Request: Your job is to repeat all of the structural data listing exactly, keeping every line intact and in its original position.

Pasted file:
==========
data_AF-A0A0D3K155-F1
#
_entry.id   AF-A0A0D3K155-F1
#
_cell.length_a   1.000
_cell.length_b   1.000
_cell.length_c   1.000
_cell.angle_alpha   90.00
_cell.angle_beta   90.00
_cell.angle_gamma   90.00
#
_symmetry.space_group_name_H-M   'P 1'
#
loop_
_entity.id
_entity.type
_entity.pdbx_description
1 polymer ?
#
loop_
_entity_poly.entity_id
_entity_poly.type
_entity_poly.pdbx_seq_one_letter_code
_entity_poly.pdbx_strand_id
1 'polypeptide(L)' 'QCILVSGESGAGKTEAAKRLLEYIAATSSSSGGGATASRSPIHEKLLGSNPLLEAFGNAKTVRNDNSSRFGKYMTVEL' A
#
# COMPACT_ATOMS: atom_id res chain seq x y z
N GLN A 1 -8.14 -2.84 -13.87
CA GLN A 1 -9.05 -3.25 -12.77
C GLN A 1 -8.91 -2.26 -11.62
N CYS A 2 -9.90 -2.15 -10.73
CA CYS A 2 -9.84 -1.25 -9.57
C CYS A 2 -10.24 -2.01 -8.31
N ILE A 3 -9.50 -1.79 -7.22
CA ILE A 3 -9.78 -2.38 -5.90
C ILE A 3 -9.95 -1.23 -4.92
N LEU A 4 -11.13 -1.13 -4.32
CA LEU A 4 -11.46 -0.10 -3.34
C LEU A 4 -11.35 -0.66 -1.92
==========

data_AF-A0A0D3K155-F1
#
_entry.id   AF-A0A0D3K155-F1
#
_cell.length_a   1.000
_cell.length_b   1.000
_cell.length_c   1.000
_cell.angle_alpha   90.00
_cell.angle_beta   90.00
_cell.angle_gamma   90.00
#
_symmetry.space_group_name_H-M   'P 1'
#
loop_
_entity.id
_entity.type
_entity.pdbx_description
1 polymer ?
#
loop_
_entity_poly.entity_id
_entity_poly.type
_entity_poly.pdbx_seq_one_letter_code
_entity_poly.pdbx_strand_id
1 'polypeptide(L)' 'QCILVSGESGAGKTEAAKRLLEYIAATSSSSGGGATASRSPIHEKLLGSNPLLEAFGNAKTVRNDNSSRFGKYMTVEL' A
#
# COMPACT_ATOMS: atom_id res chain seq x y z
N GLN A 1 -8.14 -2.84 -13.87
CA GLN A 1 -9.05 -3.25 -12.77
C GLN A 1 -8.91 -2.26 -11.62
N CYS A 2 -9.90 -2.15 -10.73
CA CYS A 2 -9.84 -1.25 -9.57
C CYS A 2 -10.24 -2.01 -8.31
N ILE A 3 -9.50 -1.79 -7.22
CA ILE A 3 -9.78 -2.38 -5.90
C ILE A 3 -9.95 -1.23 -4.92
N LEU A 4 -11.13 -1.13 -4.32
CA LEU A 4 -11.46 -0.10 -3.34
C LEU A 4 -11.35 -0.66 -1.92